Dubai trade and investment body opens second base in Africa after Ethiopia and pledges to raise Ghana trade to $5bn within five years
Dubai Chamber of Commerce and Industry has opened its office in Accra, Ghana — providing a UAE gateway to West Africa’s 250 million consumers, and announced an ambitious target for the doubling of trade with the country to $5bn in the next five years.
Hamad Buamim, president and CEO of the Dubai Chamber, was present to inaugurate the premises, Dubai Chamber’s second in Africa after the opening of an Ethiopian office in 2013. Dubai is not worried about the trade imbalance which is skewed in favour of Ghana, because we are hopeful the gap will be bridged in the foreseeable future.
“We are here for a long term, and our vision is to double the volume of trade between Ghana and Dubai in the next five years,” he said.
“The launch of this office sends a signal of our commitment to enhance ties both in Ghana and in the West Africa region, and I thank our Ghanaian business partners, whose support and cooperation has enabled us to begin a new era in Dubai and Ghana’s relationship.”
The current volume of trade between Ghana and Dubai stand at $2.5bn, and the Dubai Chamber of Commerce and Industry has ambitious plans to grow this to $5bn within the next five years.Related article UAE non-oil trade reached $443 billion in 2018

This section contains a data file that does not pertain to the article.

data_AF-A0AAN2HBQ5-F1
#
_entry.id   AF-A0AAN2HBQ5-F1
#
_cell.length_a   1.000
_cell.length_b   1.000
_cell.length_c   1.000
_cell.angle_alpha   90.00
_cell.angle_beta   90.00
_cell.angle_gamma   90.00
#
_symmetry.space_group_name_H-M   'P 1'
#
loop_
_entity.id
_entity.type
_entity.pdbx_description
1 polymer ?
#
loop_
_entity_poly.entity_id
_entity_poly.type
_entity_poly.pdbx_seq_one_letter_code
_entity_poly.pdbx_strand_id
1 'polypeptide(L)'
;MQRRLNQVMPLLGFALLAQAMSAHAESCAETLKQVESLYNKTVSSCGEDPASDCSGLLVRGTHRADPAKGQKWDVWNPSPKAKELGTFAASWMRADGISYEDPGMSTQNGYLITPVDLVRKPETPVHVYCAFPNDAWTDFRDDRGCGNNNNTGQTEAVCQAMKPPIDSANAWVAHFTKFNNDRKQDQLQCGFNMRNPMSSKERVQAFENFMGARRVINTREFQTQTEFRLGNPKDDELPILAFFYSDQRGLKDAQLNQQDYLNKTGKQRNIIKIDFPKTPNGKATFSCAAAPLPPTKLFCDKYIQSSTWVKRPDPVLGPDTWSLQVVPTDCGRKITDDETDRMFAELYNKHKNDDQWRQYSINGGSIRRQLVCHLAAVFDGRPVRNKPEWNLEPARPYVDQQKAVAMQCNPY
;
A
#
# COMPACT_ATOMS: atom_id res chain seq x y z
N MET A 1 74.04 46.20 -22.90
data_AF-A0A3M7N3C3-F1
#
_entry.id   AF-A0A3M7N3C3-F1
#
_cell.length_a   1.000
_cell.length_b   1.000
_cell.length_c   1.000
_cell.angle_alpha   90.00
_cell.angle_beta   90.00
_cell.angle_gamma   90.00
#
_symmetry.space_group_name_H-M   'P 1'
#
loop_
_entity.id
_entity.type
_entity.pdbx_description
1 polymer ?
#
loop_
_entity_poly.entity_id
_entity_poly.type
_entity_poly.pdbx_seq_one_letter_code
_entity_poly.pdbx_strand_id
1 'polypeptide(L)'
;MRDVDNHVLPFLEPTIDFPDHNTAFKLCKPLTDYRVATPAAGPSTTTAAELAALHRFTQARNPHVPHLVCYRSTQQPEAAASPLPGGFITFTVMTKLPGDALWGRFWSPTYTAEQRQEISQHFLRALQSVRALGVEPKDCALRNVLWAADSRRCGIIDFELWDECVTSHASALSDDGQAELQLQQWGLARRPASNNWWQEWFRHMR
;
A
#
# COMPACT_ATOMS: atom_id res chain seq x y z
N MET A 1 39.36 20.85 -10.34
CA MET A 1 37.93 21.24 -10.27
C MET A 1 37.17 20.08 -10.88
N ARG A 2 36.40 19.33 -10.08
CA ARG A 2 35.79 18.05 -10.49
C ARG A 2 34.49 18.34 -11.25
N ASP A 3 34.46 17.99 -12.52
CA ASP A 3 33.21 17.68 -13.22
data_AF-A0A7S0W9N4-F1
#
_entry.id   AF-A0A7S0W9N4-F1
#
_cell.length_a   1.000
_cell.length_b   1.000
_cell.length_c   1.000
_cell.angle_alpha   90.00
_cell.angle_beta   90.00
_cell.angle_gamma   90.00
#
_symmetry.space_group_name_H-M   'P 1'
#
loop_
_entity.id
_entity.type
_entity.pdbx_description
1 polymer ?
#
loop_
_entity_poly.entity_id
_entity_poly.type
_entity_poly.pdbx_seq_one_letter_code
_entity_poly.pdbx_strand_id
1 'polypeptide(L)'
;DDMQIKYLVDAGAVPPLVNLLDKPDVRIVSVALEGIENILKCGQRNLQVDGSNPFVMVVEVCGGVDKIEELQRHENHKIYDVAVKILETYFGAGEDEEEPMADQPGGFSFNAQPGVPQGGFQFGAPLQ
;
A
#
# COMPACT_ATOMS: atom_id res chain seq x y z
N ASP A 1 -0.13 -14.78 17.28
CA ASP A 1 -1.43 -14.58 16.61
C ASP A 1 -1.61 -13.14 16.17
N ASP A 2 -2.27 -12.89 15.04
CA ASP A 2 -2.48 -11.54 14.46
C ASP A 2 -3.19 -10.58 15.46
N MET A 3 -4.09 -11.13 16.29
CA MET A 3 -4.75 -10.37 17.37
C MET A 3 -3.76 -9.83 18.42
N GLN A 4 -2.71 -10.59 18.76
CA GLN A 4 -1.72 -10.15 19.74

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Last year, Ghana’s exports to Dubai alone stood at $2bn, mostly in gold and cocoa, while Dubai’s exports to Ghana the same period stood at $500m
Buamim added: “Dubai is not worried about the trade imbalance which is skewed in favour of Ghana, because we are hopeful the gap will be bridged in the foreseeable future.”
The Dubai Chamber also led a trade mission and held two days of trade talks with Ghanaian parties, including Kwesi Amissah-Arthur, the Vice President of Ghana, who encouraged investment in sectors including energy, real estate and agriculture.
The delegation also participated in an economic outlook and business strategy conference for the country that was attended by 200 business leaders, as well as a roundtable involving 25 CXOs and a Dubai briefing session for Ghanaian businessmen and women.
The trade mission also included representatives from the Emirates National Oil Company (ENOC), Nasser Bin Abdullatif Al Serkal Est., Bahri & Mazroei Trading Co., Al Mazroei Group, Gerab National Enterprises, and the Russian, Indian and French business councils in Dubai.
Dubai is not worried about the trade imbalance which is skewed in favour of Ghana, because we are hopeful the gap will be bridged in the foreseeable future.